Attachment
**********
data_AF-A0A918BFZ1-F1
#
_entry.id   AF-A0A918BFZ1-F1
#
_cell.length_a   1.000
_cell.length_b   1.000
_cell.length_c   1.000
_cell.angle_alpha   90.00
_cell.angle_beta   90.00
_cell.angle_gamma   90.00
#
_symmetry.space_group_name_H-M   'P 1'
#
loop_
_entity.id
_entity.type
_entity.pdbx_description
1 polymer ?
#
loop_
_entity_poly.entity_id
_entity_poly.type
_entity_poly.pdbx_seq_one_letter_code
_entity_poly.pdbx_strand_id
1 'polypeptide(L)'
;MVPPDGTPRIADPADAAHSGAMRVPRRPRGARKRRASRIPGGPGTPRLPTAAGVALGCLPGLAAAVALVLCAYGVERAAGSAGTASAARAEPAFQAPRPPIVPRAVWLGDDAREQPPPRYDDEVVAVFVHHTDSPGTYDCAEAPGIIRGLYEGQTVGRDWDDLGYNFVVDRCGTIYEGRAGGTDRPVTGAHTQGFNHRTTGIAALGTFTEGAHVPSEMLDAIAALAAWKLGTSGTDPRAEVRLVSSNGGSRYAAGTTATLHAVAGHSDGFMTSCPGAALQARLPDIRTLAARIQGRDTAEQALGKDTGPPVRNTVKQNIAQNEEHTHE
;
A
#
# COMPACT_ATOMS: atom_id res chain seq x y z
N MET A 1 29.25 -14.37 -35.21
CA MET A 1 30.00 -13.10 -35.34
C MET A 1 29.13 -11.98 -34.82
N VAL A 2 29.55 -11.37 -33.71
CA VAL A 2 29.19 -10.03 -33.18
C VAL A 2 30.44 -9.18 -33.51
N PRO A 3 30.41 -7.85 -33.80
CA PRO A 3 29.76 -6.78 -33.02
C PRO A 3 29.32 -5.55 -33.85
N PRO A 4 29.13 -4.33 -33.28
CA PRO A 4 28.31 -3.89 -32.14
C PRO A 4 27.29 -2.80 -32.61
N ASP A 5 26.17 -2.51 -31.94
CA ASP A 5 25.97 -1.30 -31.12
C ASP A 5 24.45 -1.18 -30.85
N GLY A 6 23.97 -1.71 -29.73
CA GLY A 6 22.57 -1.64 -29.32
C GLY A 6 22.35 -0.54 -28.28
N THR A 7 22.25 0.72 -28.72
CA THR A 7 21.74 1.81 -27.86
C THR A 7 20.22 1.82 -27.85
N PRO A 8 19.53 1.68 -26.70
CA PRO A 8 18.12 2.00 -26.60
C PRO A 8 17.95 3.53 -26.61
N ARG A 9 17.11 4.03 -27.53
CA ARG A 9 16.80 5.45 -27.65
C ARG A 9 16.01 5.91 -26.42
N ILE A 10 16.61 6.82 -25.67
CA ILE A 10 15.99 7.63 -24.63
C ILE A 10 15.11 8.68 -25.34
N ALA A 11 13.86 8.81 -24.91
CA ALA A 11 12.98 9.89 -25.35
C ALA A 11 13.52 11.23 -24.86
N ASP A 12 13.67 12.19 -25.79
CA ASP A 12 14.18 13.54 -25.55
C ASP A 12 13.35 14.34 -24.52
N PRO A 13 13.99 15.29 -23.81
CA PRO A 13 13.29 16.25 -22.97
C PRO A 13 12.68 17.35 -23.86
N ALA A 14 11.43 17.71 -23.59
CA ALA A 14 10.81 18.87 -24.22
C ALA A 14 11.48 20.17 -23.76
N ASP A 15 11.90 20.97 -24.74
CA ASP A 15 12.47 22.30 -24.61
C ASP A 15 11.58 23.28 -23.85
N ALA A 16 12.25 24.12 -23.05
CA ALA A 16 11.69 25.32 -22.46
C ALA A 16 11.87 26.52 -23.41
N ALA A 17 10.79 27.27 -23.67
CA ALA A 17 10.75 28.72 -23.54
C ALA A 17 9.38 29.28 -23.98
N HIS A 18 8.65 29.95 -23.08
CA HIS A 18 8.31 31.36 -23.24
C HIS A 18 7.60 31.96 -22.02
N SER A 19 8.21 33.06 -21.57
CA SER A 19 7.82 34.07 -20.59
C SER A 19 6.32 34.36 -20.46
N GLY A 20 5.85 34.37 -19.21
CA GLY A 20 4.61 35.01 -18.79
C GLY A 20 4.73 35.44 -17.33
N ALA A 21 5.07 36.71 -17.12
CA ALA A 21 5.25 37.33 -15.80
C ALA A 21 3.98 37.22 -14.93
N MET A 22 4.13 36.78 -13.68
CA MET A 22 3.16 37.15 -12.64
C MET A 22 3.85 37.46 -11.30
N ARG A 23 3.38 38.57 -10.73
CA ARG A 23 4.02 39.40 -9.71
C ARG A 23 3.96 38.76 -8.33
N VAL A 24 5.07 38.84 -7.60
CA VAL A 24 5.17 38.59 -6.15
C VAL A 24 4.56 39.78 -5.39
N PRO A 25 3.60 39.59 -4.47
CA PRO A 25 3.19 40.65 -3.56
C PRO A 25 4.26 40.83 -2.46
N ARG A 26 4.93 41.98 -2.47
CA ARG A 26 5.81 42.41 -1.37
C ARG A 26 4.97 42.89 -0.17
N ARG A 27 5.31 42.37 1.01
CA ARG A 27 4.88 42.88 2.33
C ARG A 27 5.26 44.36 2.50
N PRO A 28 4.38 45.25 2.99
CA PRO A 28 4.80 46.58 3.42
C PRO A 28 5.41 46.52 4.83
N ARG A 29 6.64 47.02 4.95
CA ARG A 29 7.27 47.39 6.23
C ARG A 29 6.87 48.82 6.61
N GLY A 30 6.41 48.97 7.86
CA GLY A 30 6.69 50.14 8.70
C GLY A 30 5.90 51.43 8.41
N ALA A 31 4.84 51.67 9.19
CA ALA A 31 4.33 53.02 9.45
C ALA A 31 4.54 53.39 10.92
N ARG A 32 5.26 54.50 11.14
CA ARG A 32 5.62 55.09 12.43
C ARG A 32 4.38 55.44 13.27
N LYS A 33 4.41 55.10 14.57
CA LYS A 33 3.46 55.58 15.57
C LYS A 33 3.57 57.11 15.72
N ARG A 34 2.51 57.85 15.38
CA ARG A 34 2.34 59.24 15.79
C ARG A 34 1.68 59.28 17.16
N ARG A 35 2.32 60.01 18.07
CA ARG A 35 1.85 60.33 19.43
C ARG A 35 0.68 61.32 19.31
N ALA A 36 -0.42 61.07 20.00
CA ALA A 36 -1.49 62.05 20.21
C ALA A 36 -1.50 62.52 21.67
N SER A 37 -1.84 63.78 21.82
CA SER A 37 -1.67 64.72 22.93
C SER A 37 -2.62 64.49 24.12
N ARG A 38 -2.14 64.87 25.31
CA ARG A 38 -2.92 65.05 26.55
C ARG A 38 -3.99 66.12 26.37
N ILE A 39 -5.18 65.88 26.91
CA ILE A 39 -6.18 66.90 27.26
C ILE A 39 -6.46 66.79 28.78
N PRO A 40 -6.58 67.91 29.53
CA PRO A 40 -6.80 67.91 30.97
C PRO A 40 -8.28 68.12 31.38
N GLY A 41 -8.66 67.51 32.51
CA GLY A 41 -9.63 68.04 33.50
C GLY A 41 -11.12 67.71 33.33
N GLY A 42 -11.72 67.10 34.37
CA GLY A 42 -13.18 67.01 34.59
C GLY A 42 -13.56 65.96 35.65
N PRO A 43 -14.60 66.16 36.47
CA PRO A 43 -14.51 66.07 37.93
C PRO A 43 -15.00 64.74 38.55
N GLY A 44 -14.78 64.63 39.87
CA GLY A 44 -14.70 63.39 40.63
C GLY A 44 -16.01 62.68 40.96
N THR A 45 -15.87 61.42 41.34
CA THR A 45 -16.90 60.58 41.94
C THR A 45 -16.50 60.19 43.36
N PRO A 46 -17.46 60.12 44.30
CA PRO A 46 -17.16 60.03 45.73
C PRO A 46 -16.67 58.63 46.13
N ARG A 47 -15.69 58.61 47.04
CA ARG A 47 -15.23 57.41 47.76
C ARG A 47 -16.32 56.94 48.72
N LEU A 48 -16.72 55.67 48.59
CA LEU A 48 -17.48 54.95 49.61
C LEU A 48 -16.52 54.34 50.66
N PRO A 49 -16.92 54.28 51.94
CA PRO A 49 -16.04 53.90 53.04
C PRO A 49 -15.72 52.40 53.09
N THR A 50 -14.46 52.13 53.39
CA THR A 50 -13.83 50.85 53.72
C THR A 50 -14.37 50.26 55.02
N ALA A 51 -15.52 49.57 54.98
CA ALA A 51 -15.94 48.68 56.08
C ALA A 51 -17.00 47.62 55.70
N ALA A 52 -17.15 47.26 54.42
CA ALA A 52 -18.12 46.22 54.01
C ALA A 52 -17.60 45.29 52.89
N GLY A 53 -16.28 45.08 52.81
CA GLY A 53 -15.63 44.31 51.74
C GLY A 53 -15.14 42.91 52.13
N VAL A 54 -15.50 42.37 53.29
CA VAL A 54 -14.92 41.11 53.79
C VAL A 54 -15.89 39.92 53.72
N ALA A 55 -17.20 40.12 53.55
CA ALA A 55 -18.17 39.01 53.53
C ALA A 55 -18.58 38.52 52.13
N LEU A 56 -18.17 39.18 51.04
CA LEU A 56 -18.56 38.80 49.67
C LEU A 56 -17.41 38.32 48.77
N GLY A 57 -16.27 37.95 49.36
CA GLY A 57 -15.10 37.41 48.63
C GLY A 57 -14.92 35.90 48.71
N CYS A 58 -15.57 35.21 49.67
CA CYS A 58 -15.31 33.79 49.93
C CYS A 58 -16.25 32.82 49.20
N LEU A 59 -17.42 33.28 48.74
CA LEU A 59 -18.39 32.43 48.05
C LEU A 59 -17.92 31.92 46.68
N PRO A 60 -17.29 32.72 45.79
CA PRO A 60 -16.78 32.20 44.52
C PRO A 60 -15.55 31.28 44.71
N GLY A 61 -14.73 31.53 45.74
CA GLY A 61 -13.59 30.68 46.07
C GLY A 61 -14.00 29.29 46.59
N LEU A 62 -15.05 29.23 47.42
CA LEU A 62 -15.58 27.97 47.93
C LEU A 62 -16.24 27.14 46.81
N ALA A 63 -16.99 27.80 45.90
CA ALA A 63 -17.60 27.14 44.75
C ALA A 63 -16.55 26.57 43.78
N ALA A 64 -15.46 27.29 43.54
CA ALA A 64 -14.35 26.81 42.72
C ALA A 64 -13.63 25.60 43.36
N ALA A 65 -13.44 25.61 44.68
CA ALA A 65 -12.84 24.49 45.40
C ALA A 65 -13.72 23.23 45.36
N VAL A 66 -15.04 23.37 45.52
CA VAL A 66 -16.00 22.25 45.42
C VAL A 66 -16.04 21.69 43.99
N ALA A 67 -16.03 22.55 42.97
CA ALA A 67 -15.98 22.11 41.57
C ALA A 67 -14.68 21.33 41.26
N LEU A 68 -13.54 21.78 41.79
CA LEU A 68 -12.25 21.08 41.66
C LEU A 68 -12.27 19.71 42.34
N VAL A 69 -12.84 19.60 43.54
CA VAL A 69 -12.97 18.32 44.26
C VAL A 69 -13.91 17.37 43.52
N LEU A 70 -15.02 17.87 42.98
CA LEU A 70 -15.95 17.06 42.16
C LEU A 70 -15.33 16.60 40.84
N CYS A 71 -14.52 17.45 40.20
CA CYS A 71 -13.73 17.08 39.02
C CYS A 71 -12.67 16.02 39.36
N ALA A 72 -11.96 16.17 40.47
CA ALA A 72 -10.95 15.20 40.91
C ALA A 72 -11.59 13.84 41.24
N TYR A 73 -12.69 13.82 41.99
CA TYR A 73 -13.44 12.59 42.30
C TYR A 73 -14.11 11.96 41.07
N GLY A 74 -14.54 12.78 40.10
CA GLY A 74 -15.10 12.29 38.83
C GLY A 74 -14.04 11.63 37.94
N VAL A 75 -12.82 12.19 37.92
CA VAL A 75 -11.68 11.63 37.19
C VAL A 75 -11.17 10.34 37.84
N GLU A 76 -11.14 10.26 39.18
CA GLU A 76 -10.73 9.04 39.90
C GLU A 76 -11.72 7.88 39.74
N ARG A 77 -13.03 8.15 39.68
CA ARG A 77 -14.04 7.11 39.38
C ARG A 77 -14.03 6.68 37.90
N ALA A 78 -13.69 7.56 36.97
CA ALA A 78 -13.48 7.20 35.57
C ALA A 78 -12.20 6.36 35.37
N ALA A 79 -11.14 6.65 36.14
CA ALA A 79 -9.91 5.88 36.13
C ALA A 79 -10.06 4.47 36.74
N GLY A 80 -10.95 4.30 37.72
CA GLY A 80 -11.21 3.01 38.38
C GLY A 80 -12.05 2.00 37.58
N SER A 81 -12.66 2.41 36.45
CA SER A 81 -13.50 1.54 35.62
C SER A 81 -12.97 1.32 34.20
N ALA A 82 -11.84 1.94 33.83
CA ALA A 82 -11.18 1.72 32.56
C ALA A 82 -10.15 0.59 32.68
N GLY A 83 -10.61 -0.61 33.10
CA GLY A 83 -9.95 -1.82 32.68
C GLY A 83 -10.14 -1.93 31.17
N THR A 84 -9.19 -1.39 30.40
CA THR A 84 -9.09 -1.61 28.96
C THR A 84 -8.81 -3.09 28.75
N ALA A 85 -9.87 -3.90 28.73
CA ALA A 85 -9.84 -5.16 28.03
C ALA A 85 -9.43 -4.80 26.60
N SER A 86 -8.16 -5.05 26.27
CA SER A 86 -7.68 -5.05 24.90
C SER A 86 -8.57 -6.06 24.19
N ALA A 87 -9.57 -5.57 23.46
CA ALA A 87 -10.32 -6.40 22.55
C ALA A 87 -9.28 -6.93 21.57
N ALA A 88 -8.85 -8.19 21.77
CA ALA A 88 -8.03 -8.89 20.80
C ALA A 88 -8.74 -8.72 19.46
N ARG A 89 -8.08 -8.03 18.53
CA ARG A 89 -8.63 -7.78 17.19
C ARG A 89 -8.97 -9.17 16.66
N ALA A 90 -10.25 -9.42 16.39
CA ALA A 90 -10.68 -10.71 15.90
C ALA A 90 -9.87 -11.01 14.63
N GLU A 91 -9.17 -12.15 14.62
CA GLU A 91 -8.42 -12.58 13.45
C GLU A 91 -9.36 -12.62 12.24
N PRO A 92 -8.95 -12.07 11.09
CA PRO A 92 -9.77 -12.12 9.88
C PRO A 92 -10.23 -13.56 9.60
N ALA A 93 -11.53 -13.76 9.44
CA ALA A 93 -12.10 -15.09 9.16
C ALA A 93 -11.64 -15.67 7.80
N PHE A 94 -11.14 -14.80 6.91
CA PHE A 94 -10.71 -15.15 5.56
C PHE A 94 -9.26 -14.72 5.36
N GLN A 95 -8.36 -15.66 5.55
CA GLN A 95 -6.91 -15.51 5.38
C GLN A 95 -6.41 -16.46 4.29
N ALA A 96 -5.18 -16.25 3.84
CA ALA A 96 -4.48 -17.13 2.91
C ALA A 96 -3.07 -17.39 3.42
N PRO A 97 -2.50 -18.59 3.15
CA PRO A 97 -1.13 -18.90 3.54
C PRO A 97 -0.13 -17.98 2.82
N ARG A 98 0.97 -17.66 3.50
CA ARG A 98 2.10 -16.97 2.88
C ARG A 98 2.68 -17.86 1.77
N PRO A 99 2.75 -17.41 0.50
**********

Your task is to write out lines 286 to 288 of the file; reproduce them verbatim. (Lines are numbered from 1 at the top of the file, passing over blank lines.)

N SER A 86 -8.16 -5.05 26.27
CA SER A 86 -7.68 -5.05 24.90
C SER A 86 -8.57 -6.06 24.19